Focusing on the growth of real-world AI applications, NeuReality solutions are specifically designed for a variety of sectors including public safety, e-commerce, social networking, medicine, healthcare, personal digital assistants, etc. Its solution targets cloud data centers and enterprises. , along with carriers, telecom operators and other semi-high-end computing solutions.

NeuReality has signed an agreement with IBM to develop high-performance AI inference platforms designed to deliver significant cost and power improvements for deep learning use cases. NeuReality is also collaborating with chip maker AMD to deliver its first-generation FPGA-based AI (Field Programmable Gateway Array) platform for inference acceleration for customers.

NeuReality also creates purpose-built AI platforms for the ultra scalability of real-world AI applications and positions itself as a market leader in deep learning and AI solutions.

Big vote of confidence

Moshe Tanach, CEO and co-founder of NeuReality, explained that support from Samsung Ventures represents a “major vote of confidence” in NeuReality’s technology.

“[This will] Help us take the company to the next level and elevate the NR1 SoC [see below] for production. This will enable our customers to develop their own system architecture and this development will make it easier for them to scale and maintain their AI infrastructure, whether it is in their data center, in the cloud or on premises.”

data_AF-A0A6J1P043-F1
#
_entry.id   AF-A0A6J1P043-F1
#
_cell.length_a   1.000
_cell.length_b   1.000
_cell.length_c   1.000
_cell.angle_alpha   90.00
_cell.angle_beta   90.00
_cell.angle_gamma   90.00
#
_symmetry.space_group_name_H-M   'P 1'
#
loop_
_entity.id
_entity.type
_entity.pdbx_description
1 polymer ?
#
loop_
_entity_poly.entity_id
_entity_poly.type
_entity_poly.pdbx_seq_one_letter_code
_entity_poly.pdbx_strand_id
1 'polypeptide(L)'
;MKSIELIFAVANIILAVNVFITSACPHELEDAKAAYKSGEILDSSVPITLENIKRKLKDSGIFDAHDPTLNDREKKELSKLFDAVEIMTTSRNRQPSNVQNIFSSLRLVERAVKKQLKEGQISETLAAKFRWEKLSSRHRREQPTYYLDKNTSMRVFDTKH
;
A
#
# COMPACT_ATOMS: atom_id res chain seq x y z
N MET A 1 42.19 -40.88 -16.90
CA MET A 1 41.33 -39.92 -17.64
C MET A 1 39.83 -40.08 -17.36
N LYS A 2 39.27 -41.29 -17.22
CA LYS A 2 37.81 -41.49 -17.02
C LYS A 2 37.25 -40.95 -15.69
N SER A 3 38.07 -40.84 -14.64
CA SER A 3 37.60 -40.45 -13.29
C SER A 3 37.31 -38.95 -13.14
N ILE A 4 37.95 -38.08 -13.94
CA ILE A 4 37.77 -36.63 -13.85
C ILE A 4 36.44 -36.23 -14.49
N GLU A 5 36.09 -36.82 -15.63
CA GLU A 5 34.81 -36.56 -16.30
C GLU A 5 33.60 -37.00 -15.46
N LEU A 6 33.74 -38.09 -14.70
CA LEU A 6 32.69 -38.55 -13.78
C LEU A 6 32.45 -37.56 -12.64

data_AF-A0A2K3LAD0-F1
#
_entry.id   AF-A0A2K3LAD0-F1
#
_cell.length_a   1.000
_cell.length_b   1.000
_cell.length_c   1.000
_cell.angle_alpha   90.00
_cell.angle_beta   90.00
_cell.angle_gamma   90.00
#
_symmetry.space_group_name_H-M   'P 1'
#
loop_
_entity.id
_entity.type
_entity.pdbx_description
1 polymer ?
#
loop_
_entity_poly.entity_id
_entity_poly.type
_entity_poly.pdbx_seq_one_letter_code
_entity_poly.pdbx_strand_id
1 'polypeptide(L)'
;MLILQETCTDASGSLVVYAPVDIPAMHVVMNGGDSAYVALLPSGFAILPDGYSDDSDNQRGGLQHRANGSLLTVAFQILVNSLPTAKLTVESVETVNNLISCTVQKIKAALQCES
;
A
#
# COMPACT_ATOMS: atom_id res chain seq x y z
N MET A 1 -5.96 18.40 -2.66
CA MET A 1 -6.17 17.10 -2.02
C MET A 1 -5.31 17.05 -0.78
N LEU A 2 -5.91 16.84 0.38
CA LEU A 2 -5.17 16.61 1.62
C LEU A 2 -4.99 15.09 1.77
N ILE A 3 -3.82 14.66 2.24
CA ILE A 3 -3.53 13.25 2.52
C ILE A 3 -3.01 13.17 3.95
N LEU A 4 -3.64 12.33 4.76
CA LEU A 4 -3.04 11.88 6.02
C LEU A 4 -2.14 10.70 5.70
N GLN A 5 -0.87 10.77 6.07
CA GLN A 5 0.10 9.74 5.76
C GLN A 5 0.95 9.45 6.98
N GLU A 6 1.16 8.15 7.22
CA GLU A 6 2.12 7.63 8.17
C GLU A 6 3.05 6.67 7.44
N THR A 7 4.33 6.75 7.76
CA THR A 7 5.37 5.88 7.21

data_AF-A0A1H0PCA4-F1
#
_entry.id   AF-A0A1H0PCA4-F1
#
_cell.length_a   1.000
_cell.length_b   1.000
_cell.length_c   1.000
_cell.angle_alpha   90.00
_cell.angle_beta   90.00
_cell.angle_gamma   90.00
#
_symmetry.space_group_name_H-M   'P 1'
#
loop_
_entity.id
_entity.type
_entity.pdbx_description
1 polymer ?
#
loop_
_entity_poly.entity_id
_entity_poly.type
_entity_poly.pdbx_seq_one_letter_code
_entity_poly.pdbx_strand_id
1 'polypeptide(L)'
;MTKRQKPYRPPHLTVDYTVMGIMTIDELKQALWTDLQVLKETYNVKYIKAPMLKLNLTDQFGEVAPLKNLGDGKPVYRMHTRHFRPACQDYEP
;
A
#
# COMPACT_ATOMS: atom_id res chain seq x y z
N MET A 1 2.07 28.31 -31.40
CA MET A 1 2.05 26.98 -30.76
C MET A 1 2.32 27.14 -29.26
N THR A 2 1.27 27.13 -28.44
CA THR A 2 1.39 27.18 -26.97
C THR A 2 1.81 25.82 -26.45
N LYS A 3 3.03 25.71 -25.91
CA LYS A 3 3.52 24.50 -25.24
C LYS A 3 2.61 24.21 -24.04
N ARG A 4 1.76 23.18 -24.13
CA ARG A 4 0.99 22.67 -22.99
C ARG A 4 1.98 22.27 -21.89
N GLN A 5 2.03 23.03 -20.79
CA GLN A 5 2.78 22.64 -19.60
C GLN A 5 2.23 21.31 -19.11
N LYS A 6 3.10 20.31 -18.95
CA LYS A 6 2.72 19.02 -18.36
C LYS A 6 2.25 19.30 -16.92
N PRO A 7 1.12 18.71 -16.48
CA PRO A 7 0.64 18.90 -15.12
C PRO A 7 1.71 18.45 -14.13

The company’s NR1 is an integrated circuit device based on an AI-focused architecture. The System-on-a-Chip (SoC) optimizes the utilization of currently deployed AI computing resources by removing existing system bottlenecks, reducing AI latency and saving overall system cost and power consumption.

The company also develops free software tools and software runtime libraries that aim to make it easier for customers of different skill levels and different publishing topologies to adopt new AI-based services into their business workflows.

How did Israel get artificial intelligence?

All of these stories (above) might lead some to wonder, yeah ok – Israel is a smart young country with a track record of demonstrating strong focus and unwavering belief in itself – but how did it get so smart?

Part of the answer lies with the enthusiastic, cultured youth… and part of the answer lies with insight.

according to The Jerusalem Post is here This year, Professor Yitzhak Ben-Israel, director of the Blavatnik Interdisciplinary Center for Cyber ​​Research at Tel Aviv University, said, “Artificial intelligence is the dominant technology for the next five or 10 years. Israel has the potential to be one of the global hubs for AI technology, as We are in the field of electronic technology.”

It was Ben-Israel who formally wrote to then-Prime Minister Benjamin Netanyahu in 1999 urging him to invest in the development of information technology in Israel, with the Internet (and later artificial intelligence) as key areas of focus.

What all this teaches us is that the next Silicon Valley (or at least the next Silicon Valley – but perhaps the next Silicon Valley) could emerge anywhere around the planet. Either way, even if it’s just a blush or wade, the results can be fantastic.